Since the adoption of the definition of anti-Semitism promoted by the International Holocaust Remembrance Alliance , Palestinian activists have been accused of spreading anti-Semitic propaganda. This development, together with with racist attitudes and Islamophobia in Swedish society, affect the potential and willingness of the Palestinian community in Sweden to organize politically.


Palestinians who arrived in Sweden in the 1960s are fairly well integrated. Thus, early generations have been able to provide support for newer arrivals, and family and kin networks have been active in facilitating the adjustment of new migrants. Of course, the level of integration varies and is to some extent dependent on duration of residence in Sweden. Palestinians who have grown up in Sweden or who are Swedish citizens say that they feel equally Palestinian and Sweden. They appreciate the sense of safety, security, citizenship, humanitarian worldview, and civil liberties that Sweden affords them.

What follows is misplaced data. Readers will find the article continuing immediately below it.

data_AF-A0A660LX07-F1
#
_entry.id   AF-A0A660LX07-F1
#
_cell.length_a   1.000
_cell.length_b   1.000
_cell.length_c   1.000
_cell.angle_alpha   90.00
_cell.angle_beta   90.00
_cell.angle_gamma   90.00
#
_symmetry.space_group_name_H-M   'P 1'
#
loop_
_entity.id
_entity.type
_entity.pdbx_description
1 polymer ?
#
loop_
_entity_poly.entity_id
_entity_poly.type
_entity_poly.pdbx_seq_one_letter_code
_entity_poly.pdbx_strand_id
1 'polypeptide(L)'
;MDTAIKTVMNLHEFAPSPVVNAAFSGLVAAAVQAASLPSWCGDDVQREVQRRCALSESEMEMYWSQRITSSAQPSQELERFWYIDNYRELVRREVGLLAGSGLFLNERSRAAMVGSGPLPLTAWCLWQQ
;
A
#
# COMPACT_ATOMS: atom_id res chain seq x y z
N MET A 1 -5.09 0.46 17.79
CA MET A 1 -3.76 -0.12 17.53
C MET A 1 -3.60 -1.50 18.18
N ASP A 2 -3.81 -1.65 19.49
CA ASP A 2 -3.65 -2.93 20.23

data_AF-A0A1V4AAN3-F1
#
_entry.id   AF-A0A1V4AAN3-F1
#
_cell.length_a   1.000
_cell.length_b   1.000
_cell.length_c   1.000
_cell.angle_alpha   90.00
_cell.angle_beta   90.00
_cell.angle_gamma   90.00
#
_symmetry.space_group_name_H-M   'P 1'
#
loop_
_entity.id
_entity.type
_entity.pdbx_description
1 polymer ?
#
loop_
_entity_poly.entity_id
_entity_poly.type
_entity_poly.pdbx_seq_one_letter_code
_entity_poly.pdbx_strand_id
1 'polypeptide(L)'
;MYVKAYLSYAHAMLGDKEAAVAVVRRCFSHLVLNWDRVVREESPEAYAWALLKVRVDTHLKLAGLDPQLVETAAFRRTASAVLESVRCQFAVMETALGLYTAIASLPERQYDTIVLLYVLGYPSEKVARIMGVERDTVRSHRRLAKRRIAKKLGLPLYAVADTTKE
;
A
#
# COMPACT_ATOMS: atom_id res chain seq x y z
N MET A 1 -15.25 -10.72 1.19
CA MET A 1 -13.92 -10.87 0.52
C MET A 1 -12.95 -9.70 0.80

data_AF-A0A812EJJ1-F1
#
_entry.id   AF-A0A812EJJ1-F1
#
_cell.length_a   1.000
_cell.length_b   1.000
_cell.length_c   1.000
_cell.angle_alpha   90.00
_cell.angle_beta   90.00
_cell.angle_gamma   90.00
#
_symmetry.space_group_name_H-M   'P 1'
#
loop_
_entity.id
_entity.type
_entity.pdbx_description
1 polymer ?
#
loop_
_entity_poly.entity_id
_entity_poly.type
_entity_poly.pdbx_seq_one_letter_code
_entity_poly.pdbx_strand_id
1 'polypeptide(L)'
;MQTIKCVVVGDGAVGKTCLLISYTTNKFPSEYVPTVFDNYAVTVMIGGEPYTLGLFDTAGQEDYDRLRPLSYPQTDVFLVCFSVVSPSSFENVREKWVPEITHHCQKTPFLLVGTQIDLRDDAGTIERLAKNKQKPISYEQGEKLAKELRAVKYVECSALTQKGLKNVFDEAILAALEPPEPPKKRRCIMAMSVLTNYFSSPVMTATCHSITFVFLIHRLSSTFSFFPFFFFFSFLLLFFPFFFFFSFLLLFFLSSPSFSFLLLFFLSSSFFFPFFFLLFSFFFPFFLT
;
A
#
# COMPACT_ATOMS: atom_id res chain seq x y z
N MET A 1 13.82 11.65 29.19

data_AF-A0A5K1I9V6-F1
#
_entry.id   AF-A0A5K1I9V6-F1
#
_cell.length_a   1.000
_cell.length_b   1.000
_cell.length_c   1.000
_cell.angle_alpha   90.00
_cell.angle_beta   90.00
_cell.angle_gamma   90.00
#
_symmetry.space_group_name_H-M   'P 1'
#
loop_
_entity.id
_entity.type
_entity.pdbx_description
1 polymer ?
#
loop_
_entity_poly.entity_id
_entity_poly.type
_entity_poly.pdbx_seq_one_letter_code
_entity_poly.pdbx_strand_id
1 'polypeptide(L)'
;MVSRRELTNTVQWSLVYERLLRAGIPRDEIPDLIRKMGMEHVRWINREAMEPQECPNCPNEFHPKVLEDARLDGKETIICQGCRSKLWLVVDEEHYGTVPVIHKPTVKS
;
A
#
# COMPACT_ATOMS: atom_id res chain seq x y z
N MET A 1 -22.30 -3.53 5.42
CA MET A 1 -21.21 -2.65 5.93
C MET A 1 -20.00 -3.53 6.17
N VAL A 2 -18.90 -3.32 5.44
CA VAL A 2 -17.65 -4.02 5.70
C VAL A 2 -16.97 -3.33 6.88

While many feel that they move with relative ease between their Palestinian and Swedish identities, some often find themselves being questioned by the majority white Swedish population, which has defined norms and ideas of what it means to be “Swedish.” With political racism in Sweden on the rise, Palestinians and other migrant communities are experiencing difficulties, whereas children born to Palestinian parents often become fully integrated. The integration of Palestinians in Swedish society has not been sufficiently studied.